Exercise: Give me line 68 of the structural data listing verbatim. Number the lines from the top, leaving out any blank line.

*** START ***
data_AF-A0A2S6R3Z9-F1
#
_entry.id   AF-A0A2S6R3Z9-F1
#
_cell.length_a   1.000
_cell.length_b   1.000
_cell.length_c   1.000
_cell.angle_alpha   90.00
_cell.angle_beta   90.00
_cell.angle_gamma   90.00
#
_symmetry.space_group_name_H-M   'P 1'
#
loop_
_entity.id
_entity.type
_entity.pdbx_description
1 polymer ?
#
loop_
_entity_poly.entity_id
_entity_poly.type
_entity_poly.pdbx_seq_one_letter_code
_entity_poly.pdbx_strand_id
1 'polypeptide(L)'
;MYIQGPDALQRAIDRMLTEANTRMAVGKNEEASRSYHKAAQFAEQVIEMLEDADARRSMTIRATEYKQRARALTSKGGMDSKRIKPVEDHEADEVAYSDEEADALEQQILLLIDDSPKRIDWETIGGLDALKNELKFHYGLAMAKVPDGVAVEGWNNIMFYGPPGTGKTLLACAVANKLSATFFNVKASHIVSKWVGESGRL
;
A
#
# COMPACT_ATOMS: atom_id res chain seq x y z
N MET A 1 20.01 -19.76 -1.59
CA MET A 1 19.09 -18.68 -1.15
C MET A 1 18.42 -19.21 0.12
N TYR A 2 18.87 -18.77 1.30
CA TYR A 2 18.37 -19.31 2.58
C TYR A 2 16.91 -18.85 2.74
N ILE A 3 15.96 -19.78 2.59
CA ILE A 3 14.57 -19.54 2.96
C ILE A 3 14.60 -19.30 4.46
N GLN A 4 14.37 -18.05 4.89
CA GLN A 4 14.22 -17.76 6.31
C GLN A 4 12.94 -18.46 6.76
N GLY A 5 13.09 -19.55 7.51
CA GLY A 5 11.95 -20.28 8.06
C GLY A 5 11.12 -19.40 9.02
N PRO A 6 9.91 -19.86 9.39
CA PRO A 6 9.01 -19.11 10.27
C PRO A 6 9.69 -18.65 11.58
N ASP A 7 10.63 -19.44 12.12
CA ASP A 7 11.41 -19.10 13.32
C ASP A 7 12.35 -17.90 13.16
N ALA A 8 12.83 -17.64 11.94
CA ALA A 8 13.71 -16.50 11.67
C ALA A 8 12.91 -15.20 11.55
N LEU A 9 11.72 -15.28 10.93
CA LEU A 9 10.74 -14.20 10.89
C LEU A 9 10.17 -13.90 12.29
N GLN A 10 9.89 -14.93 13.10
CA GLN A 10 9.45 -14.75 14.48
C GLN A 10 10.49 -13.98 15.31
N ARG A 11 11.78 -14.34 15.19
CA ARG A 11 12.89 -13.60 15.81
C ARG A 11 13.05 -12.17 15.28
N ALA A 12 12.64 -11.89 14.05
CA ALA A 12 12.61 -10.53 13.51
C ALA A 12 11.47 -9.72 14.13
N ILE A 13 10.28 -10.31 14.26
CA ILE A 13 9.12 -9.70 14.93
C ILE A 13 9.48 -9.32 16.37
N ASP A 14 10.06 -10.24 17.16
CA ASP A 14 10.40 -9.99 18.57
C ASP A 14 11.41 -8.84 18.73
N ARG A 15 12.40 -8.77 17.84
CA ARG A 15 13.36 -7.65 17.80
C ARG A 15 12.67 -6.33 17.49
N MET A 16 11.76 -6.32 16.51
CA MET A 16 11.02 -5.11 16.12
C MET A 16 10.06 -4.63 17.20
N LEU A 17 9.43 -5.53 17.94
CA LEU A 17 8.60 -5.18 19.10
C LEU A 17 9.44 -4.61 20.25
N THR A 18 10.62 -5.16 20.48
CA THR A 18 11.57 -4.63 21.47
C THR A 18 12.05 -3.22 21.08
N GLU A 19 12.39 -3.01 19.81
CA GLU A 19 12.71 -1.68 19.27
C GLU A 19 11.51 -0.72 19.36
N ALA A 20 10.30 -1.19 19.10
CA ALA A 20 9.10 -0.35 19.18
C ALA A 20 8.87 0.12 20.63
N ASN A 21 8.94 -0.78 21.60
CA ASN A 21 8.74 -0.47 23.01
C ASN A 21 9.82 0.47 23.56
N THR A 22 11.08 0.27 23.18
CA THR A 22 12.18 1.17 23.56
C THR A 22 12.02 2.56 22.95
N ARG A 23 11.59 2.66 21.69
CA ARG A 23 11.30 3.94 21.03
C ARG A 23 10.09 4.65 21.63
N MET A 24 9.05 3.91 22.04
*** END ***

CA ILE A 13 9.12 -9.70 14.93